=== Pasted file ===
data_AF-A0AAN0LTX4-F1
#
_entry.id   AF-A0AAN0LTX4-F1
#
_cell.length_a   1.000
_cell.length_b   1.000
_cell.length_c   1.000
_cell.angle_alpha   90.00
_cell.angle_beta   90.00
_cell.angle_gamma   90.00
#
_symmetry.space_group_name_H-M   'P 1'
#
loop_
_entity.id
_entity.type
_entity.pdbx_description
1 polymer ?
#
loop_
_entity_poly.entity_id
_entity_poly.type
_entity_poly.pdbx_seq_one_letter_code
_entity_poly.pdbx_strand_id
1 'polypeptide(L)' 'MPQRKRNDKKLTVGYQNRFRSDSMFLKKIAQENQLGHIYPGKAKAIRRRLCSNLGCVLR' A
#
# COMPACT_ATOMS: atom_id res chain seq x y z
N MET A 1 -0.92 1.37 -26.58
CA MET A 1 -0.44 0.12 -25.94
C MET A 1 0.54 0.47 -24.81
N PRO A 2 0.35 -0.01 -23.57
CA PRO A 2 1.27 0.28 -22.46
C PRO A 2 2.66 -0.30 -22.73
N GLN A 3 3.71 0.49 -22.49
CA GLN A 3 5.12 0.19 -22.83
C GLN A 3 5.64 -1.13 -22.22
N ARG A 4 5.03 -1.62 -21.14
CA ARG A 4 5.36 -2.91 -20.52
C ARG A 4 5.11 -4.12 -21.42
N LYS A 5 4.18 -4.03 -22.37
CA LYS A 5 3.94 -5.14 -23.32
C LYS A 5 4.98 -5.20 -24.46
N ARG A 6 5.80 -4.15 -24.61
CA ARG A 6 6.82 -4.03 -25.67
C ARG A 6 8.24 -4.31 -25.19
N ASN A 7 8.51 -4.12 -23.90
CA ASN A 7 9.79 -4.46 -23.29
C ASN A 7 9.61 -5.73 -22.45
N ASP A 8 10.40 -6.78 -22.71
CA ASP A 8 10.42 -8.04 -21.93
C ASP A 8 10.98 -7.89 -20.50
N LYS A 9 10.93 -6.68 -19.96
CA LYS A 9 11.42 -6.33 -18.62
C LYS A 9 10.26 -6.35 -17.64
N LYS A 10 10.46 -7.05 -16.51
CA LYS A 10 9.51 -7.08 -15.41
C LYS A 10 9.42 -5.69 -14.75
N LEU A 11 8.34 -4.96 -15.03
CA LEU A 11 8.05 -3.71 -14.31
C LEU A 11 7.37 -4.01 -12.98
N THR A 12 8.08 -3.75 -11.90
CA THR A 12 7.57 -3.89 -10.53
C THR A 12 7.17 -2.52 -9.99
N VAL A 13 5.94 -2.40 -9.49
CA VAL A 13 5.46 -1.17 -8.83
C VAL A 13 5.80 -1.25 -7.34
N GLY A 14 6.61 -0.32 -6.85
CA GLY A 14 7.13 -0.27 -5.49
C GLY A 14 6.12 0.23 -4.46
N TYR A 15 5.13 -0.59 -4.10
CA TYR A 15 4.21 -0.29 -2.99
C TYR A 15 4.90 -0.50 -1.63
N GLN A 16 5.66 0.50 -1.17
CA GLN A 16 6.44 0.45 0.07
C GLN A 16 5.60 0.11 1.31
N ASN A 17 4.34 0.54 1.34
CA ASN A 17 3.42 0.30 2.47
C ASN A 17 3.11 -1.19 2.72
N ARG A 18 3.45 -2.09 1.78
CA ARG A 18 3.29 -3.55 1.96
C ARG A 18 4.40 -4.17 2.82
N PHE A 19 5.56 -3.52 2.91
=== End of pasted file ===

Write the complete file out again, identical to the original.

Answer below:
data_AF-A0AAN0LTX4-F1
#
_entry.id   AF-A0AAN0LTX4-F1
#
_cell.length_a   1.000
_cell.length_b   1.000
_cell.length_c   1.000
_cell.angle_alpha   90.00
_cell.angle_beta   90.00
_cell.angle_gamma   90.00
#
_symmetry.space_group_name_H-M   'P 1'
#
loop_
_entity.id
_entity.type
_entity.pdbx_description
1 polymer ?
#
loop_
_entity_poly.entity_id
_entity_poly.type
_entity_poly.pdbx_seq_one_letter_code
_entity_poly.pdbx_strand_id
1 'polypeptide(L)' 'MPQRKRNDKKLTVGYQNRFRSDSMFLKKIAQENQLGHIYPGKAKAIRRRLCSNLGCVLR' A
#
# COMPACT_ATOMS: atom_id res chain seq x y z
N MET A 1 -0.92 1.37 -26.58
CA MET A 1 -0.44 0.12 -25.94
C MET A 1 0.54 0.47 -24.81
N PRO A 2 0.35 -0.01 -23.57
CA PRO A 2 1.27 0.28 -22.46
C PRO A 2 2.66 -0.30 -22.73
N GLN A 3 3.71 0.49 -22.49
CA GLN A 3 5.12 0.19 -22.83
C GLN A 3 5.64 -1.13 -22.22
N ARG A 4 5.03 -1.62 -21.14
CA ARG A 4 5.36 -2.91 -20.52
C ARG A 4 5.11 -4.12 -21.42
N LYS A 5 4.18 -4.03 -22.37
CA LYS A 5 3.94 -5.14 -23.32
C LYS A 5 4.98 -5.20 -24.46
N ARG A 6 5.80 -4.15 -24.61
CA ARG A 6 6.82 -4.03 -25.67
C ARG A 6 8.24 -4.31 -25.19
N ASN A 7 8.51 -4.12 -23.90
CA ASN A 7 9.79 -4.46 -23.29
C ASN A 7 9.61 -5.73 -22.45
N ASP A 8 10.40 -6.78 -22.71
CA ASP A 8 10.42 -8.04 -21.93
C ASP A 8 10.98 -7.89 -20.50
N LYS A 9 10.93 -6.68 -19.96
CA LYS A 9 11.42 -6.33 -18.62
C LYS A 9 10.26 -6.35 -17.64
N LYS A 10 10.46 -7.05 -16.51
CA LYS A 10 9.51 -7.08 -15.41
C LYS A 10 9.42 -5.69 -14.75
N LEU A 11 8.34 -4.96 -15.03
CA LEU A 11 8.05 -3.71 -14.31
C LEU A 11 7.37 -4.01 -12.98
N THR A 12 8.08 -3.75 -11.90
CA THR A 12 7.57 -3.89 -10.53
C THR A 12 7.17 -2.52 -9.99
N VAL A 13 5.94 -2.40 -9.49
CA VAL A 13 5.46 -1.17 -8.83
C VAL A 13 5.80 -1.25 -7.34
N GLY A 14 6.61 -0.32 -6.85
CA GLY A 14 7.13 -0.27 -5.49
C GLY A 14 6.12 0.23 -4.46
N TYR A 15 5.13 -0.59 -4.10
CA TYR A 15 4.21 -0.29 -2.99
C TYR A 15 4.90 -0.50 -1.63
N GLN A 16 5.66 0.50 -1.17
CA GLN A 16 6.44 0.45 0.07
C GLN A 16 5.60 0.11 1.31
N ASN A 17 4.34 0.54 1.34
CA ASN A 17 3.42 0.30 2.47
C ASN A 17 3.11 -1.19 2.72
N ARG A 18 3.45 -2.09 1.78
CA ARG A 18 3.29 -3.55 1.96
C ARG A 18 4.40 -4.17 2.82
N PHE A 19 5.56 -3.52 2.91